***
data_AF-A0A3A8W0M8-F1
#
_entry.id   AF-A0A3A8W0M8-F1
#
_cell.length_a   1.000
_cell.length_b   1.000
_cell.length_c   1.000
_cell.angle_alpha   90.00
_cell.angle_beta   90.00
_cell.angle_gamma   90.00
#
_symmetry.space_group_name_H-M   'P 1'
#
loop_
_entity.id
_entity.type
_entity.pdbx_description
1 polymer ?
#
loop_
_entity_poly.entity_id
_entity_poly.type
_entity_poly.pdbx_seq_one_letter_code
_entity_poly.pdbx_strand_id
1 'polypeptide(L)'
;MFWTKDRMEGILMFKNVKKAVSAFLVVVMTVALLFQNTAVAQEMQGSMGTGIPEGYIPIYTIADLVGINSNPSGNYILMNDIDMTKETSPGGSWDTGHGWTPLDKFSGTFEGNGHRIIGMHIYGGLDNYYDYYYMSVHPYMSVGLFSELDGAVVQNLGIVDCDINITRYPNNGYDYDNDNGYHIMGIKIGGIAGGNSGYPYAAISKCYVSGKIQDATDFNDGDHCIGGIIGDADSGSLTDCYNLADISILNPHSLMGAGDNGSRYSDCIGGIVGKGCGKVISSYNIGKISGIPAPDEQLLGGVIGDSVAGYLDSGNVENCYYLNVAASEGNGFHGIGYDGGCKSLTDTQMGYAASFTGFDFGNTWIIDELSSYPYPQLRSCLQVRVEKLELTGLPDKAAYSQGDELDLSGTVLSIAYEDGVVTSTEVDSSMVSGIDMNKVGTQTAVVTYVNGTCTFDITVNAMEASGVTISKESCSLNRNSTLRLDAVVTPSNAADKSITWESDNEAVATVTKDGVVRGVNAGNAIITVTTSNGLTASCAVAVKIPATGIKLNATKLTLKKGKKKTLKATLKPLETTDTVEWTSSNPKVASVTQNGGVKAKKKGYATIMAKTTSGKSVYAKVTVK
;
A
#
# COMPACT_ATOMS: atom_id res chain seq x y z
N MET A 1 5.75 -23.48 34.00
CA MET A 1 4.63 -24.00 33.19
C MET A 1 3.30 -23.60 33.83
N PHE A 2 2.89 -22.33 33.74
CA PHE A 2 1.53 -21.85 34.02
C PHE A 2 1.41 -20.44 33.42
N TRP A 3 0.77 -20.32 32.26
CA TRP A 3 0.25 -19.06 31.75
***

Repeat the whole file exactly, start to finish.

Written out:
data_AF-A0A3A8W0M8-F1
#
_entry.id   AF-A0A3A8W0M8-F1
#
_cell.length_a   1.000
_cell.length_b   1.000
_cell.length_c   1.000
_cell.angle_alpha   90.00
_cell.angle_beta   90.00
_cell.angle_gamma   90.00
#
_symmetry.space_group_name_H-M   'P 1'
#
loop_
_entity.id
_entity.type
_entity.pdbx_description
1 polymer ?
#
loop_
_entity_poly.entity_id
_entity_poly.type
_entity_poly.pdbx_seq_one_letter_code
_entity_poly.pdbx_strand_id
1 'polypeptide(L)'
;MFWTKDRMEGILMFKNVKKAVSAFLVVVMTVALLFQNTAVAQEMQGSMGTGIPEGYIPIYTIADLVGINSNPSGNYILMNDIDMTKETSPGGSWDTGHGWTPLDKFSGTFEGNGHRIIGMHIYGGLDNYYDYYYMSVHPYMSVGLFSELDGAVVQNLGIVDCDINITRYPNNGYDYDNDNGYHIMGIKIGGIAGGNSGYPYAAISKCYVSGKIQDATDFNDGDHCIGGIIGDADSGSLTDCYNLADISILNPHSLMGAGDNGSRYSDCIGGIVGKGCGKVISSYNIGKISGIPAPDEQLLGGVIGDSVAGYLDSGNVENCYYLNVAASEGNGFHGIGYDGGCKSLTDTQMGYAASFTGFDFGNTWIIDELSSYPYPQLRSCLQVRVEKLELTGLPDKAAYSQGDELDLSGTVLSIAYEDGVVTSTEVDSSMVSGIDMNKVGTQTAVVTYVNGTCTFDITVNAMEASGVTISKESCSLNRNSTLRLDAVVTPSNAADKSITWESDNEAVATVTKDGVVRGVNAGNAIITVTTSNGLTASCAVAVKIPATGIKLNATKLTLKKGKKKTLKATLKPLETTDTVEWTSSNPKVASVTQNGGVKAKKKGYATIMAKTTSGKSVYAKVTVK
;
A
#
# COMPACT_ATOMS: atom_id res chain seq x y z
N MET A 1 5.75 -23.48 34.00
CA MET A 1 4.63 -24.00 33.19
C MET A 1 3.30 -23.60 33.83
N PHE A 2 2.89 -22.33 33.74
CA PHE A 2 1.53 -21.85 34.02
C PHE A 2 1.41 -20.44 33.42
N TRP A 3 0.77 -20.32 32.26
CA TRP A 3 0.25 -19.06 31.75